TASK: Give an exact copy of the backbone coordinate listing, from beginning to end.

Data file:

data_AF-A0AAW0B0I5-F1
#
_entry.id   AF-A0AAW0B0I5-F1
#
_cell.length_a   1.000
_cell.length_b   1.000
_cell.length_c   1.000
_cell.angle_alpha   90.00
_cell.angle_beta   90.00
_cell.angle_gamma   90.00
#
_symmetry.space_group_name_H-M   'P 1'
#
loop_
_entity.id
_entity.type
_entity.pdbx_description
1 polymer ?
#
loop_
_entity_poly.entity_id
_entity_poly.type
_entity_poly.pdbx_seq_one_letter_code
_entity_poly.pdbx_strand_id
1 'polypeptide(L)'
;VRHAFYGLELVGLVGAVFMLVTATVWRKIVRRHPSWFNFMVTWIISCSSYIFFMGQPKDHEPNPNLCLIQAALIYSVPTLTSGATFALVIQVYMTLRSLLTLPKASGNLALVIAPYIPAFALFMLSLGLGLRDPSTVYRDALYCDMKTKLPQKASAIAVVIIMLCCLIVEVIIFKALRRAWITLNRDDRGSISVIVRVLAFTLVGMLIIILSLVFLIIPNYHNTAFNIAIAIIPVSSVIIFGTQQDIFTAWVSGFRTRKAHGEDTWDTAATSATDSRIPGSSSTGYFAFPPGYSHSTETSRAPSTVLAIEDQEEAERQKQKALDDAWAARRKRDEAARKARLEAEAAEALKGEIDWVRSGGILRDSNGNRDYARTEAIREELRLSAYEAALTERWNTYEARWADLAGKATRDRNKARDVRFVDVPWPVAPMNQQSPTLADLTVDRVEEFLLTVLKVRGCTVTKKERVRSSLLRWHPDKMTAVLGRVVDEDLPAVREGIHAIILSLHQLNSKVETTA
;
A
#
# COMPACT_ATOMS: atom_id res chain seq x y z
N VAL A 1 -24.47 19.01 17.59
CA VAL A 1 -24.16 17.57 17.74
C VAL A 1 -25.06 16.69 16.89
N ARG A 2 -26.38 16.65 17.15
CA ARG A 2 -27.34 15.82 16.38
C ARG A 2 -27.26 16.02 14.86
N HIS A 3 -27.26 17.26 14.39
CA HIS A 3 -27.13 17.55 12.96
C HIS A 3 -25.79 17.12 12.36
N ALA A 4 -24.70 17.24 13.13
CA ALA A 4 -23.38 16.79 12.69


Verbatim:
data_AF-A0AAW0B0I5-F1
#
_entry.id   AF-A0AAW0B0I5-F1
#
_cell.length_a   1.000
_cell.length_b   1.000
_cell.length_c   1.000
_cell.angle_alpha   90.00
_cell.angle_beta   90.00
_cell.angle_gamma   90.00
#
_symmetry.space_group_name_H-M   'P 1'
#
loop_
_entity.id
_entity.type
_entity.pdbx_description
1 polymer ?
#
loop_
_entity_poly.entity_id
_entity_poly.type
_entity_poly.pdbx_seq_one_letter_code
_entity_poly.pdbx_strand_id
1 'polypeptide(L)'
;VRHAFYGLELVGLVGAVFMLVTATVWRKIVRRHPSWFNFMVTWIISCSSYIFFMGQPKDHEPNPNLCLIQAALIYSVPTLTSGATFALVIQVYMTLRSLLTLPKASGNLALVIAPYIPAFALFMLSLGLGLRDPSTVYRDALYCDMKTKLPQKASAIAVVIIMLCCLIVEVIIFKALRRAWITLNRDDRGSISVIVRVLAFTLVGMLIIILSLVFLIIPNYHNTAFNIAIAIIPVSSVIIFGTQQDIFTAWVSGFRTRKAHGEDTWDTAATSATDSRIPGSSSTGYFAFPPGYSHSTETSRAPSTVLAIEDQEEAERQKQKALDDAWAARRKRDEAARKARLEAEAAEALKGEIDWVRSGGILRDSNGNRDYARTEAIREELRLSAYEAALTERWNTYEARWADLAGKATRDRNKARDVRFVDVPWPVAPMNQQSPTLADLTVDRVEEFLLTVLKVRGCTVTKKERVRSSLLRWHPDKMTAVLGRVVDEDLPAVREGIHAIILSLHQLNSKVETTA
;
A
#
# COMPACT_ATOMS: atom_id res chain seq x y z
N VAL A 1 -24.47 19.01 17.59
CA VAL A 1 -24.16 17.57 17.74
C VAL A 1 -25.06 16.69 16.89
N ARG A 2 -26.38 16.65 17.15
CA ARG A 2 -27.34 15.82 16.38
C ARG A 2 -27.26 16.02 14.86
N HIS A 3 -27.26 17.26 14.39
CA HIS A 3 -27.13 17.55 12.96
C HIS A 3 -25.79 17.12 12.36
N ALA A 4 -24.70 17.24 13.13
CA ALA A 4 -23.38 16.79 12.69